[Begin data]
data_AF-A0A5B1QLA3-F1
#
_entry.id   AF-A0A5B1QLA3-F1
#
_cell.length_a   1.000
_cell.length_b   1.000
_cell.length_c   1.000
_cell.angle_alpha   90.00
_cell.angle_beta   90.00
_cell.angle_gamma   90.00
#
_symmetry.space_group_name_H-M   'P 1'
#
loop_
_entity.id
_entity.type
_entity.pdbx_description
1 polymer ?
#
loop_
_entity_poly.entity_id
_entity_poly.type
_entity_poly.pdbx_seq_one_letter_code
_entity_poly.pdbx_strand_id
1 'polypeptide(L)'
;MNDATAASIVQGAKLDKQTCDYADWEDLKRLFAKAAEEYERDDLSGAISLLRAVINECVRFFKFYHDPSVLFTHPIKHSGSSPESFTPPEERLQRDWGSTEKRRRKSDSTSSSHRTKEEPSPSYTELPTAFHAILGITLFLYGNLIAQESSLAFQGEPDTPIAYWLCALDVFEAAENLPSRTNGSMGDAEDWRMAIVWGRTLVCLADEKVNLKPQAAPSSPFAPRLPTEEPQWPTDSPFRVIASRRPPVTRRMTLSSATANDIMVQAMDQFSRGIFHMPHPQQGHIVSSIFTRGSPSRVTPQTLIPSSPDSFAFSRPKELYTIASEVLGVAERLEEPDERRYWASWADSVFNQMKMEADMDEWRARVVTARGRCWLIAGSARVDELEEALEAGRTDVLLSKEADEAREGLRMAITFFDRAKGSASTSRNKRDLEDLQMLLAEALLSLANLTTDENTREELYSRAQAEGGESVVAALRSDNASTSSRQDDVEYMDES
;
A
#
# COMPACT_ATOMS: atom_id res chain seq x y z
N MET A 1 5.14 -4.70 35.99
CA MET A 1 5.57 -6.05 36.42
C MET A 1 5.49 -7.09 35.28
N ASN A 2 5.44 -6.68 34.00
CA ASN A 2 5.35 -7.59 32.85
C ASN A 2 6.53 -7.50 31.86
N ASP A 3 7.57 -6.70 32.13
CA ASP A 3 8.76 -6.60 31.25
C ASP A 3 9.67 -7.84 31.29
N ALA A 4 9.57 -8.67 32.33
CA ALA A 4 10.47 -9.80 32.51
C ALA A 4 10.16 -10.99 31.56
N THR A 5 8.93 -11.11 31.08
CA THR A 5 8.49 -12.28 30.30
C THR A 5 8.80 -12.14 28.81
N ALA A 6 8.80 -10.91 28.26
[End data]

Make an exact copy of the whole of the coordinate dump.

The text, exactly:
data_AF-A0A5B1QLA3-F1
#
_entry.id   AF-A0A5B1QLA3-F1
#
_cell.length_a   1.000
_cell.length_b   1.000
_cell.length_c   1.000
_cell.angle_alpha   90.00
_cell.angle_beta   90.00
_cell.angle_gamma   90.00
#
_symmetry.space_group_name_H-M   'P 1'
#
loop_
_entity.id
_entity.type
_entity.pdbx_description
1 polymer ?
#
loop_
_entity_poly.entity_id
_entity_poly.type
_entity_poly.pdbx_seq_one_letter_code
_entity_poly.pdbx_strand_id
1 'polypeptide(L)'
;MNDATAASIVQGAKLDKQTCDYADWEDLKRLFAKAAEEYERDDLSGAISLLRAVINECVRFFKFYHDPSVLFTHPIKHSGSSPESFTPPEERLQRDWGSTEKRRRKSDSTSSSHRTKEEPSPSYTELPTAFHAILGITLFLYGNLIAQESSLAFQGEPDTPIAYWLCALDVFEAAENLPSRTNGSMGDAEDWRMAIVWGRTLVCLADEKVNLKPQAAPSSPFAPRLPTEEPQWPTDSPFRVIASRRPPVTRRMTLSSATANDIMVQAMDQFSRGIFHMPHPQQGHIVSSIFTRGSPSRVTPQTLIPSSPDSFAFSRPKELYTIASEVLGVAERLEEPDERRYWASWADSVFNQMKMEADMDEWRARVVTARGRCWLIAGSARVDELEEALEAGRTDVLLSKEADEAREGLRMAITFFDRAKGSASTSRNKRDLEDLQMLLAEALLSLANLTTDENTREELYSRAQAEGGESVVAALRSDNASTSSRQDDVEYMDES
;
A
#
# COMPACT_ATOMS: atom_id res chain seq x y z
N MET A 1 5.14 -4.70 35.99
CA MET A 1 5.57 -6.05 36.42
C MET A 1 5.49 -7.09 35.28
N ASN A 2 5.44 -6.68 34.00
CA ASN A 2 5.35 -7.59 32.85
C ASN A 2 6.53 -7.50 31.86
N ASP A 3 7.57 -6.70 32.13
CA ASP A 3 8.76 -6.60 31.25
C ASP A 3 9.67 -7.84 31.29
N ALA A 4 9.57 -8.67 32.33
CA ALA A 4 10.47 -9.80 32.51
C ALA A 4 10.16 -10.99 31.56
N THR A 5 8.93 -11.11 31.08
CA THR A 5 8.49 -12.28 30.30
C THR A 5 8.80 -12.14 28.81
N ALA A 6 8.80 -10.91 28.26